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Acne is a problem with blockage down inside the pores. The blockage is from skin cells that line the inside of the pore not shedding normally. It is not from dirt or surface oil. These blockages range from microscopic to pinhead sized bumps called comedones. If the pore remains blocked, oil and bacteria build up in the follicle. When this build up is excessive the follicle breaks open under the skin and a red sore bump or pus bump (papule or pustule) develops which then gradually resolves. Occasionally, a very large deep-seated sore nodule or cyst can develop.

General Care

Gentle washing is best. Dirt and surface oil do not cause acne, and frequent washing does not improve it significantly. Wash with a mild soap (Dove, Purpose, Basis or others for dry skin) or acne wash once or twice a day. Excessive washing, harsh soaps (Ivory, Zest, Dial, Irish Spring, etc.), buff puffs and scrubs can dry and irritate the skin and may make acne worse. Bothersome oiliness can also be removed with toners containing salicylic or glycolic acid.
Diet: Studies have not been conclusive on if certain foods cause acne. In general we recommend eating a balanced diet, drinking plenty of water and incorporating exercise into your regimen to help eliminate toxins from your body. Some patients, feel that a certain foods high in fat or caffeine predictably makes their acne worse. If this is the case, avoid those foods. Supplements with DHEA and Androstenedione will flare acne.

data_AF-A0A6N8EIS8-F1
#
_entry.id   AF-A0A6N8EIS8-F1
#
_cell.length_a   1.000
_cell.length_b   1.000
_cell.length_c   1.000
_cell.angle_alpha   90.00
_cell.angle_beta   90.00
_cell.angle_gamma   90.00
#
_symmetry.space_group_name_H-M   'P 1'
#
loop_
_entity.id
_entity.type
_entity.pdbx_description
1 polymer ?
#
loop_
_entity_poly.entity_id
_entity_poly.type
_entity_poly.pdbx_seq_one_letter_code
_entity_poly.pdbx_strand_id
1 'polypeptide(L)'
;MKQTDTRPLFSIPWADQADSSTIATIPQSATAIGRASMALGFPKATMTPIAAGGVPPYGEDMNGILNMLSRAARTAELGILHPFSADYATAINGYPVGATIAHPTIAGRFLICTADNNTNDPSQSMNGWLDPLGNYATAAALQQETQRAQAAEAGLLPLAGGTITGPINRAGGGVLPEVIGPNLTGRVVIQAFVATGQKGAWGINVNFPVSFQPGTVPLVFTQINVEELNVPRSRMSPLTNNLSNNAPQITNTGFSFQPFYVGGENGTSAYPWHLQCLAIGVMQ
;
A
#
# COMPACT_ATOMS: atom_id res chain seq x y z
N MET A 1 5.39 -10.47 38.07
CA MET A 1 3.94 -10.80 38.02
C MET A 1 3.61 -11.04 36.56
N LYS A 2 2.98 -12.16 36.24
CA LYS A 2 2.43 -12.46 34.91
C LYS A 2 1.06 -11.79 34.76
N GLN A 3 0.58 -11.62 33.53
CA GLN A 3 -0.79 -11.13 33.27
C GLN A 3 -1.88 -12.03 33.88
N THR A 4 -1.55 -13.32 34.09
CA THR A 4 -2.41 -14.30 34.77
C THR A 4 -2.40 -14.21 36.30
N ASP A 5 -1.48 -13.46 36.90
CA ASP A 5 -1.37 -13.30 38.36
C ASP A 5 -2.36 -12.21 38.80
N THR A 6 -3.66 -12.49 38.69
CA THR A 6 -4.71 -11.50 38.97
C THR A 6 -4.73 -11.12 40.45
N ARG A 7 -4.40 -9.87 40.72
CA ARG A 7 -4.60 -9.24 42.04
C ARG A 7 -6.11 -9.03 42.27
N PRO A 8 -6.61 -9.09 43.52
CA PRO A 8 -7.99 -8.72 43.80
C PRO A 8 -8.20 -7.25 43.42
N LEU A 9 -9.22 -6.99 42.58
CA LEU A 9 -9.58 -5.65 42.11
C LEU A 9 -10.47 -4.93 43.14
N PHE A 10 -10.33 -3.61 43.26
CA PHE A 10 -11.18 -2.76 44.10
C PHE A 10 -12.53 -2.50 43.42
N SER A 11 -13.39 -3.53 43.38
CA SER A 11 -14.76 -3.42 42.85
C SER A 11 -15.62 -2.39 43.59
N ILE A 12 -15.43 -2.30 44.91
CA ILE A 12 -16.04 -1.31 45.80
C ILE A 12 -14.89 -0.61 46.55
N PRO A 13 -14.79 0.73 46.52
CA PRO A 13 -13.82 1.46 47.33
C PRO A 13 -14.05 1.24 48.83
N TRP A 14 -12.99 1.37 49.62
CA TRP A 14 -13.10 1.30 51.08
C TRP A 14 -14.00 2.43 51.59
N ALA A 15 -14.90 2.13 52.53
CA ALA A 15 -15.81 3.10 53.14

Moisturizers and Cosmetics

These do not usually cause or flare acne. Many times a moisturizer may be necessary if medications are excessively drying. When using cosmetics, try to use those labeled as “noncomedogenic” or non-acne causing (most are). Obviously avoid any that still seem to flare your acne. We often recommend mineral based cosmetics which actually have some anti-inflammatory effects against acne.

Topical Medicines

These are very helpful but may take several weeks to show their full benefit. They work to unplug pores and to prevent new lesions from forming rather than to treat large inflammatory papules and pustules that have already developed. Therefore, they must be used regularly for prevention. Also, you should apply them to the entire area where you get acne. The topical medicine may contain retinoid, prescription-strength benzoyl peroxide, antibiotic, salicylic acid, azeleic acid and or anti-inflammatory medications. Sometimes we use combination treatments to maximize the results and depending on your skin type and your type of acne.

Systemic Medicines

These type of treatment is usually necessary to treat acne cyst and nodules. Oral Antibiotics, help to kill bacteria and reduce inflammation. Birth Control Pills and spironolactone that work on hormones, can be helpful for women. Isotretinoin, is the only treatment that works on all that causes acne; therefore it is the only medication that can cure acne.


Inflamed lesions (papules, pustules, especially large/deep cysts) can cause scarring. Changes in color (darker, lighter or red spots) will eventually return to normal over a number of months. Persistent pitting or bumps can occur which only partially improve with time. The best treatment is to control the acne and avoid new scars. Also, scarring can be reduced by not picking at acne lesions. Other options include chemical peels, Laser treatment and PRP.